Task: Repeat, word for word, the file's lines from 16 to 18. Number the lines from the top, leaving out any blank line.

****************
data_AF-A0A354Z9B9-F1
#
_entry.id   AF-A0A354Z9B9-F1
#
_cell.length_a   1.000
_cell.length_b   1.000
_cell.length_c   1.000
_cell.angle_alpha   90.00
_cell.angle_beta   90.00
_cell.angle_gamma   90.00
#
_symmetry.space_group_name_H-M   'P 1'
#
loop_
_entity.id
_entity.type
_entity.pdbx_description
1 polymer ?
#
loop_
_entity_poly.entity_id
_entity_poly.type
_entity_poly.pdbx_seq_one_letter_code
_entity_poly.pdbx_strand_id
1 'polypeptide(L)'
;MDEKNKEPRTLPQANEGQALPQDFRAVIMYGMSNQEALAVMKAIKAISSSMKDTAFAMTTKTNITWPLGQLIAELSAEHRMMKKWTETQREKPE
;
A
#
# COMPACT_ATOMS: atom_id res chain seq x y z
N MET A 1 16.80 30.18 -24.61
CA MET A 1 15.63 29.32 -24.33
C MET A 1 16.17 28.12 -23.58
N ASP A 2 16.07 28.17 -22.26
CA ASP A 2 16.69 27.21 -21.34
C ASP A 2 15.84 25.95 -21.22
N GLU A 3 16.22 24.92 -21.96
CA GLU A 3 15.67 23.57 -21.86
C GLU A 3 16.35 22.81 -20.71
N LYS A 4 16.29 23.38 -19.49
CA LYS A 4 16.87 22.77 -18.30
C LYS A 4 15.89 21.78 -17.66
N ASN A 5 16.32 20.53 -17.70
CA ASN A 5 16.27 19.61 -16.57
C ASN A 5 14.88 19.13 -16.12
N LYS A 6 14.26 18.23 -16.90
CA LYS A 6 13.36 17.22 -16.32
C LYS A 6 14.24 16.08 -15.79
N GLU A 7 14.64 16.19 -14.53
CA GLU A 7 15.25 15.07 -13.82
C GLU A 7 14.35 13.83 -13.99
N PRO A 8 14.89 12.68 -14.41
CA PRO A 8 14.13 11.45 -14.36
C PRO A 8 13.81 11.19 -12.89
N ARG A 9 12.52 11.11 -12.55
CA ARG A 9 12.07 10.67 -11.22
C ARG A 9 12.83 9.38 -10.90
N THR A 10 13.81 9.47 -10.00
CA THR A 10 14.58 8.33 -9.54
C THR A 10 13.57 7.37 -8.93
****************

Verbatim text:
_entity.type
_entity.pdbx_description
1 polymer ?